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Goodnight Irene?

Putting a few hurricane-related environmental questions to bed.

Hurricane Irene has left the scene, but the storm triggered many environment-related questions, some that I’ve been asked again and again ever since, including:

1. Did the hurricane impact our local beaches?

Coastal erosion is an ongoing issue for any waterfront area, and Long Island (with 188 miles of coastline in Nassau County alone!) is no exception. Hurricanes, of course, call attention to the issue. The New York State Department of Environmental Conservation has estimated that a significant portion of Long Island’s coastline is in high erosion hazard areas, and Nassau County South Shore beaches have a long-term erosion rate of 1 to 4 feet per year, without considering unusual storm activity.

Losses caused by Hurricane Irene to homeowners living beachfront and nearby aside, our potential shared loss of some stretches of our favorite beaches, including state-owned Jones Beach and Town of Hempstead parks, are at issue. Officials report that it will take some time to fully assess the extent of erosion and dune damage. On the Monday after the hurricane hit, a town spokesman said, “There was a significant loss of sand reported at Town of Hempstead beaches. At this point, the town does not have specifics, but will soon be sharing quantitative information with FEMA.”

2. What should I do about downed trees?

After a major storm, toppled trees are always a concern. First, stay clear if you see any loose wires.  Also, keep in mind for the future that tree damage is often prevented with regular pruning and proper irrigation, according to Certified Arborist Julie Seghrouchni of the Cornell Cooperative Extension/Nassau at Eisenhower Park. “These practices would probably save money and lives,” she said.  Once damage is done, “toppled trees should be pruned back to sound wood,” Seghrouchni said.  “A moderate to large amount of the tree canopy may have to be pruned because of the extensive root damage.” To leave things to professionals, call on Island Greenery or Old Mill Nursery. For disposal, see town information.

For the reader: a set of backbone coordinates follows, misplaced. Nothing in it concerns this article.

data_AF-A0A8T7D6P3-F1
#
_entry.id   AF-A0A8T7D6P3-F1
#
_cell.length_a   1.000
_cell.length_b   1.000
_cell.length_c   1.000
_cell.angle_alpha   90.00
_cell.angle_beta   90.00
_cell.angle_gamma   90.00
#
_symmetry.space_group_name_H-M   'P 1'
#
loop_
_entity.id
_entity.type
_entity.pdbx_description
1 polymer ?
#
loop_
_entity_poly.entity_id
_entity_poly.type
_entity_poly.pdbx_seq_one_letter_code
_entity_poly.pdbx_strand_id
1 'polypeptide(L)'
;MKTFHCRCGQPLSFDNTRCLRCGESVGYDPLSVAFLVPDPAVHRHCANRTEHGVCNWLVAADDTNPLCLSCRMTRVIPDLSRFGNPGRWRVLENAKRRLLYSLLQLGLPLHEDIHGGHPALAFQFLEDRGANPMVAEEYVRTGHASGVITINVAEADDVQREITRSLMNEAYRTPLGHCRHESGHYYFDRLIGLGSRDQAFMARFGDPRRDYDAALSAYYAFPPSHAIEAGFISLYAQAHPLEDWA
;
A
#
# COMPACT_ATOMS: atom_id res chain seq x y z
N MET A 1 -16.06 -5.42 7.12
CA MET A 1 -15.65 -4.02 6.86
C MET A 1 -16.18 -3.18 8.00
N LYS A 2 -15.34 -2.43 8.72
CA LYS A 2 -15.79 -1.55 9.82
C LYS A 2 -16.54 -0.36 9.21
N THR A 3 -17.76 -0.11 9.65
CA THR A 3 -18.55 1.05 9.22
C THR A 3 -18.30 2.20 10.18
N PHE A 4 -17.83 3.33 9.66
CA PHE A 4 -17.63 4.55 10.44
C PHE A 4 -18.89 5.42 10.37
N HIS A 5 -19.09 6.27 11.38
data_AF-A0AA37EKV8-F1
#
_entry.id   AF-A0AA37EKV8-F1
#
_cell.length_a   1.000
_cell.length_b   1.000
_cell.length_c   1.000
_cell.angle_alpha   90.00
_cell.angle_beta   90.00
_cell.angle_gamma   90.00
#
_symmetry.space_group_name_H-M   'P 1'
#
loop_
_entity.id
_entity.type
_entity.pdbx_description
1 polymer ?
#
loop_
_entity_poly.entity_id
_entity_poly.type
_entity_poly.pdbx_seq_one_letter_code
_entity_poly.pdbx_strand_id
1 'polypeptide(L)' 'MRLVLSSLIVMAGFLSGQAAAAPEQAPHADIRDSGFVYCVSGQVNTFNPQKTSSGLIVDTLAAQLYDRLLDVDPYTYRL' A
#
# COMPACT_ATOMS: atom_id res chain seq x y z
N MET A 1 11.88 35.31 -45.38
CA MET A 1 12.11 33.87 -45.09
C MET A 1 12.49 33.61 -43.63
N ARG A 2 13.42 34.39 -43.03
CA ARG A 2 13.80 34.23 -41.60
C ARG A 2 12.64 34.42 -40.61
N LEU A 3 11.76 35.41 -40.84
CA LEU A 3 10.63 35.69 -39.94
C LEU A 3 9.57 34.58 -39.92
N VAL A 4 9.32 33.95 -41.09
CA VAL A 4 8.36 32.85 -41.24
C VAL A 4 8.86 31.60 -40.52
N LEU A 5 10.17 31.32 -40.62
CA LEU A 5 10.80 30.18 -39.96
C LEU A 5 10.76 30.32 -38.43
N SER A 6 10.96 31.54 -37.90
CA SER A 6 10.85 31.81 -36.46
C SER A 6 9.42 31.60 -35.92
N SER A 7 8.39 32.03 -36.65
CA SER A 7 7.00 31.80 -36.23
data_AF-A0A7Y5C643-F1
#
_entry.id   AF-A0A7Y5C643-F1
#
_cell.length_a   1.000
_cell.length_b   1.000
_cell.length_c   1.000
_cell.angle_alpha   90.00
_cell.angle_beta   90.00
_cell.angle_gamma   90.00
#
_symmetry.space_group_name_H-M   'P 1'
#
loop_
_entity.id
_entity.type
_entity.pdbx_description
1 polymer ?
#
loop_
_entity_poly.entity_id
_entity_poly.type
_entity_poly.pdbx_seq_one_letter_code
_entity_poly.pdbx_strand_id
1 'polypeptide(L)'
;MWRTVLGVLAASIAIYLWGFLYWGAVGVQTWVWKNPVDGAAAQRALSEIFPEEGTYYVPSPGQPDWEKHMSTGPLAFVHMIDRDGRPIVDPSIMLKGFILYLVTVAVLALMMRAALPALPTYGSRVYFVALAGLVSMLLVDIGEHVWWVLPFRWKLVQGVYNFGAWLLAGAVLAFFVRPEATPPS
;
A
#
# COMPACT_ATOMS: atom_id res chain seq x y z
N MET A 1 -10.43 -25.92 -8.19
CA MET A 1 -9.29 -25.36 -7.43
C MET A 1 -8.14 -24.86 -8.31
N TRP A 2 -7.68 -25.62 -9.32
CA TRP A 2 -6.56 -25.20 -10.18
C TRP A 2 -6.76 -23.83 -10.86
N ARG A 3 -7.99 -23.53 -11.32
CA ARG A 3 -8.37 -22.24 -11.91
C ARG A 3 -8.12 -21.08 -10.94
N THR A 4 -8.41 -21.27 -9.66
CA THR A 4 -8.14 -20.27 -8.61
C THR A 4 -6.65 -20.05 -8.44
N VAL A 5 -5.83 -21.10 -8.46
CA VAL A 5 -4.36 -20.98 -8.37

3. Why are there so many mosquitoes and bees around now? 

Hurricanes often destroy nests, including those of mosquitoes and bees. Bug sprays are available at Ace Hardware or Home Depot, but check the label for toxicity and follow directions. Or go with natural repellents or look for organic sprays that irritate insects enough to cause them to steer clear of you and your yard. 

4. Do homes with wind or solar power retain electricity during a storm?

It’s a myth that wind or solar powered homes keep running when the rest of the homes in the area lose electricity. “If there’s a power outage in your area, you will lose electricity just like everyone else,” said Dan Sabia of Built Well Solar Corp. in Bellmore. “Both solar and wind energy systems are designed to shut down because they are tied to the grid through LIPA’s power lines.” They shut off because feeding power to a home means power also would feed from a home, causing live wires and potentially electrocuting service repair technicians. Solar hot water systems, not grid-tied, do keep functioning, however, assuming there's sunshine!

5. Were the town’s wind/solar-powered shellfish beds damaged?